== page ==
Back in the days of the Kennedy-Warren, when Laura was still single and even after, when Laura wasn't single anymore and was a new mother, Laura would pad down "The Shining"-style hallways of that wonderful Art Deco building, take the elevator a few floors down, and come into Amy's apartment, which was always full of light.  Light from the wall of windows that faced the front of the building, and light from Amy herself, who always seemed to be full of something interesting or hilarious to talk about.  Amy even threw Laura her baby shower -- on a hot and humid Sunday afternoon, Laura about 50 pounds over her legal limit, and Amy in a signature sleeveless belted Vintage party dress -- a lovely afternoon that someone committed to about 6 hours of videotape that Laura still has somewhere but can't bear to watch because of how little neck and how many chins she had at that point in her pregnancy.

But the best part of knowing Amy then -- and the best part of knowing Amy now -- is that whenever Laura had a problem -- and believe me, Laura frequently has big problems -- she could always count on Amy to talk to.  It sounds ridiculous and like the biggest most giant cliche to say that Amy the famous advice columnist gave great advice but it's true -- Amy gives great advice.  Just like she did then, and just like she did last week, when Laura emailed her with her latest unfunny life riddle and an hour later she emailed Laura back a wise and true and perfect note.

So Laura feels compelled to brant about Amy and her new book.  Not that Laura thinks her brant drives people into bookstores or anything -- she's not that demented! In fact, promoting a book that doesn't actually need promoting reminds her a little of way back when, in 1998, when she went out on her first book tour to promote Animal Husbandry.  It was sooooooo long ago (11 years) that Chick Lit wasn't really a thing yet, and Laura can remember going to her signings and readings and telling people about this new really cool book about being single that had just come out in England and that was going to be published in the U.S. in a few months.  She knew about the book because one of her closest friends (they knew each other as assistants at Random House decades ago) had a huge job at the time at Viking/Penguin which was publishing Bridget Jones's  Diary in the U.S., and he had sent Laura a copy of the manuscript because he thought she'd like it.  Of course she loved it, and thought it was hilarious, which is why she started using her platform to inform people about Helen Fielding's forthcoming book. As if Helen Fielding needed her help!   But how was Laura to know how absurd it would be for her to be "advancing" for Bridget Jones's Diary when a few months later Bridget Jones's Diary became a monster bestseller that eclipsed Animal Husbandry and every other book written by a female for the next two years.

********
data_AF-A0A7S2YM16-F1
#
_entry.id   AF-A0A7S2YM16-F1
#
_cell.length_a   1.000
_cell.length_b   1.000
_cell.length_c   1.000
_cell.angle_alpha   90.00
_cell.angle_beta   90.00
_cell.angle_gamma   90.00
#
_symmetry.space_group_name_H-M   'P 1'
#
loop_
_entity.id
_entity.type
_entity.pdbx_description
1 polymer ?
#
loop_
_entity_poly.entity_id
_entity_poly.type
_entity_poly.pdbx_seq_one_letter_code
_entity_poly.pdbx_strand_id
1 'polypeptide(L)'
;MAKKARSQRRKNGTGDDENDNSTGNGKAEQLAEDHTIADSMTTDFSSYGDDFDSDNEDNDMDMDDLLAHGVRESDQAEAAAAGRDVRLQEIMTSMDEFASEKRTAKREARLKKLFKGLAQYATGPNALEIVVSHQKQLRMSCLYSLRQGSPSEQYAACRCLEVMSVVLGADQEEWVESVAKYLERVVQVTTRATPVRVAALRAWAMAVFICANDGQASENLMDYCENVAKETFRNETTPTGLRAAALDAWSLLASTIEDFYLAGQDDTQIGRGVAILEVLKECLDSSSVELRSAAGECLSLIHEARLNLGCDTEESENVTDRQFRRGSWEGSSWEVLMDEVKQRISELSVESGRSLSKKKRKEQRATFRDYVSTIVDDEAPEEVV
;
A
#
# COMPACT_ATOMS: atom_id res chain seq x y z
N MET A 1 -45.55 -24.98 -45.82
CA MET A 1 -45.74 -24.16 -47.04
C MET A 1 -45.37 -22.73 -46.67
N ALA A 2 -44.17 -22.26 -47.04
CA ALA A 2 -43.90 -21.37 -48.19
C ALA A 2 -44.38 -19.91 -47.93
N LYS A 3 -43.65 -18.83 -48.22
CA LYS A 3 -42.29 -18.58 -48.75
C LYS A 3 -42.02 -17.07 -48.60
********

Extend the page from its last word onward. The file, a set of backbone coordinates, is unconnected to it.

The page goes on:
This feels a little like that in the sense that Laura knows that Amy's book is going to be a monster bestseller -- funny and sad and deeply moving and the kind of book you're really really sad to finish and want to start re-reading immediately -- and it's one of the very very few books that becomes a monster bestseller and actually deserves to be.